Pressure tank cycling 30 minutes after any water is drawn...

Discussion in 'Pumps and Tanks Well Forum & Blog. Water is life.' started by HollyAR75, Jan 29, 2020.

  1. HollyAR75

    HollyAR75 New Member

    Joined:
    Jan 29, 2020
    Location:
    Ozark Mt. of AR
    Hello, first post here although I've read through quite a bit of the forum for the past year.

    We have a low yield well that is connected to a 550 gallon cistern for storage. Our pressure tank is under the house in a crawl space so I can hear it when it cycles. Last week, everyone else left for out of town so I've been by myself, probably using 25 gallons per day only. One thing I've noticed is that after I use water (for example to do dishes) , I hear the pressure tank cycle 30 minutes later. It won't cycle again at all so i don't suppose it's a sign of a leak but I've never before noticed a cycle from it being so much later after using water. I think it's maybe a 10 gallon pressure tank, it's not very big. There is no problem with the water, everything seems to be working fine, except for the 5 years that I've lived here, I've never heard it cycle unless water was being drawn, not a half hour later. Any ideas?
     
  2. valveman

    valveman Cary Austin Staff Member

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    Mar 15, 2006
    Occupation:
    Pump Controls Technician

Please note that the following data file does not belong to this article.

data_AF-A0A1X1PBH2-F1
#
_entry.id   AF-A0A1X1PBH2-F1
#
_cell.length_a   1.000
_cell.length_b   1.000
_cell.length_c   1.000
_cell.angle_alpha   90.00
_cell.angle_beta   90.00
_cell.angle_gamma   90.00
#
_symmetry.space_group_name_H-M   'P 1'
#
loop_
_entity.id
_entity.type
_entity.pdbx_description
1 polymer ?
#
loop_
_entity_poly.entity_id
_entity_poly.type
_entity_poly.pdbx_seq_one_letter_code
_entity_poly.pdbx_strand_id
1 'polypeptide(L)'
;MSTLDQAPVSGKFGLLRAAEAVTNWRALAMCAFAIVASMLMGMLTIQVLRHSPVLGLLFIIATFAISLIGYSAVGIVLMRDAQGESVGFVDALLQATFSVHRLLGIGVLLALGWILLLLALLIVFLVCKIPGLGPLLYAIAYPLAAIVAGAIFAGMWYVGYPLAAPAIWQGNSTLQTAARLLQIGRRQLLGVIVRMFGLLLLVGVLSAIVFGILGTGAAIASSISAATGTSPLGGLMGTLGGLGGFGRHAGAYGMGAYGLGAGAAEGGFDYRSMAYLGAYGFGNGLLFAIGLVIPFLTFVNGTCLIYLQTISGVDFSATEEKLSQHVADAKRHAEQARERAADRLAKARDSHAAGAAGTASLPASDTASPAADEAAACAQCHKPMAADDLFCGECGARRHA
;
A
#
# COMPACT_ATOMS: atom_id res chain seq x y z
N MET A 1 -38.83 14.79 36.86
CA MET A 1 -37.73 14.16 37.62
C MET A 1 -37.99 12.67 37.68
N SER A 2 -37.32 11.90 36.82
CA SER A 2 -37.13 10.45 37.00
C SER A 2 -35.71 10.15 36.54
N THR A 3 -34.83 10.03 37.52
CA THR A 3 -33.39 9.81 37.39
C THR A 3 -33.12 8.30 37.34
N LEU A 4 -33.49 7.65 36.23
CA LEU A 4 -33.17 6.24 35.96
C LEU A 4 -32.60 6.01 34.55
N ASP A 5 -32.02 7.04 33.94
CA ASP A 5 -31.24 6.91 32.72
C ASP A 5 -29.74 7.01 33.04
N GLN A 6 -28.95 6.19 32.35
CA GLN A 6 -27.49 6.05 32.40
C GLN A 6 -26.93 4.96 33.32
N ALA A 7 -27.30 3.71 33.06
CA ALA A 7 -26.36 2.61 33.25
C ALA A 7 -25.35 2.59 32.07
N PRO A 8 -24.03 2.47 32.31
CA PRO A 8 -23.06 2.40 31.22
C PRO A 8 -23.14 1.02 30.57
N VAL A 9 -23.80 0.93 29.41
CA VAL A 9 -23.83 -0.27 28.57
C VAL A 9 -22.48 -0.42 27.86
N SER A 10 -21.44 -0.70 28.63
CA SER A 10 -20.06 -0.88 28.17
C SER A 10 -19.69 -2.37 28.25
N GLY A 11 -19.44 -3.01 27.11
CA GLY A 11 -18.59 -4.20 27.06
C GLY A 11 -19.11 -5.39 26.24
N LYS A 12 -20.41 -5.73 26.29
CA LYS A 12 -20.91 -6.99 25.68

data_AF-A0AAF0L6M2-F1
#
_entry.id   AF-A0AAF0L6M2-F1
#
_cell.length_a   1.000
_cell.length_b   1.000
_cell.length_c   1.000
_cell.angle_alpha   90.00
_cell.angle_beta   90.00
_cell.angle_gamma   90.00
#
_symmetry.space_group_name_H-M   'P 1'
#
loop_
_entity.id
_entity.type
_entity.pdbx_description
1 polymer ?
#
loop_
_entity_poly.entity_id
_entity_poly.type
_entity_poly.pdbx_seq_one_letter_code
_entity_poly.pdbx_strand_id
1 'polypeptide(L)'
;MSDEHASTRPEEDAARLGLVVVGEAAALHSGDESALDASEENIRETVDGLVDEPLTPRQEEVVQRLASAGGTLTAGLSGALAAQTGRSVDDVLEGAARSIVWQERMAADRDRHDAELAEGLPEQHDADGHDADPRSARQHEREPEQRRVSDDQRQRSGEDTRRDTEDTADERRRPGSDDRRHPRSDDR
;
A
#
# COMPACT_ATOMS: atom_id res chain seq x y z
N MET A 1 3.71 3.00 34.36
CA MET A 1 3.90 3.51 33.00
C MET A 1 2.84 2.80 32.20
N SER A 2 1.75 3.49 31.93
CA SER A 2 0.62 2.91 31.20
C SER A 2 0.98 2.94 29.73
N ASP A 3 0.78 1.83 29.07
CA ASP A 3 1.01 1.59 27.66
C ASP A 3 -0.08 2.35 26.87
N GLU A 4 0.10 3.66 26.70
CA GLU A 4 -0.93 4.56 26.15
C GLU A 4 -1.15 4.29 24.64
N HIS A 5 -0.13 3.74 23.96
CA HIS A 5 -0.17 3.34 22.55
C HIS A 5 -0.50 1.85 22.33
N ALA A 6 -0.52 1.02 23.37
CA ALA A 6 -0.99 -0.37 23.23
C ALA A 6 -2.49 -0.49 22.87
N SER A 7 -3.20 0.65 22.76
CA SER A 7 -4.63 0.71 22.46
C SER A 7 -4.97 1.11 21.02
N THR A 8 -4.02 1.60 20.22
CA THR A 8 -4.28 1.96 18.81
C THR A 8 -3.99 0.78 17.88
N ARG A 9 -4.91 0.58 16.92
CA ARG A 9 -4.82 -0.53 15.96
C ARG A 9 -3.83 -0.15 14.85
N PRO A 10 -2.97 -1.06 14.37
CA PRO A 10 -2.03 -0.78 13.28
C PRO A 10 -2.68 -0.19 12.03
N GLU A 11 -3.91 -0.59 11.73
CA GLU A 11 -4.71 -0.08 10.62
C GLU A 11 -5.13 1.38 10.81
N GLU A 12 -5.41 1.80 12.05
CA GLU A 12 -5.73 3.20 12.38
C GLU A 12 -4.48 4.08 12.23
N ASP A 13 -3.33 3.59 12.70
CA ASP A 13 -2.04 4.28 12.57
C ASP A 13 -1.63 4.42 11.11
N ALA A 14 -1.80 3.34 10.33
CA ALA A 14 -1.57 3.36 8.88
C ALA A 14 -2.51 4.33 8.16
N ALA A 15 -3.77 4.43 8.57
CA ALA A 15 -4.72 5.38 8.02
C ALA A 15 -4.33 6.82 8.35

Location:
    Lubbock, Texas
    After you use water check the pressure gauge. With no water being used for 30 to 60 minutes the pressure should stay the same. If the pressure drops when no one is using water either you have a leak or the check valve is failing.
     
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  4. HollyAR75

    HollyAR75 New Member

    Joined:
    Jan 29, 2020
    Location:
    Ozark Mt. of AR
    Thanks for the reply Valveman. So is it normal for the pressure tank to cycle 30 minutes after using water? For example, it cycled about 30 minutes after I used water for dishes last night at 7pm and then it didn't cycle again till I woke up this morning and used water. Is it ok as long as I'm only hearing it cycle cycle within 60 minutes of water being drawn?
     
  5. valveman

    valveman Cary Austin Staff Member

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    Occupation:
    Pump Controls Technician
    Location:
    Lubbock, Texas
    The pump only comes on when the pressure drops to the pressure switch start point. The pressure should only drop when you are using water. If the pressure drops and the pump comes on when no water is being used, then water is leaking somewhere.
     
  6. HollyAR75

    HollyAR75 New Member

    Joined:
    Jan 29, 2020
    Location:
    Ozark Mt. of AR
    Right, which I've checked everywhere and can find no leaks, but if it was a water leak, wouldn't the pressure tank cycle other times, however it's not. It will not cycle all day or night if I don't use water.
     
  7. valveman

    valveman Cary Austin Staff Member

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    Pump Controls Technician
    Location: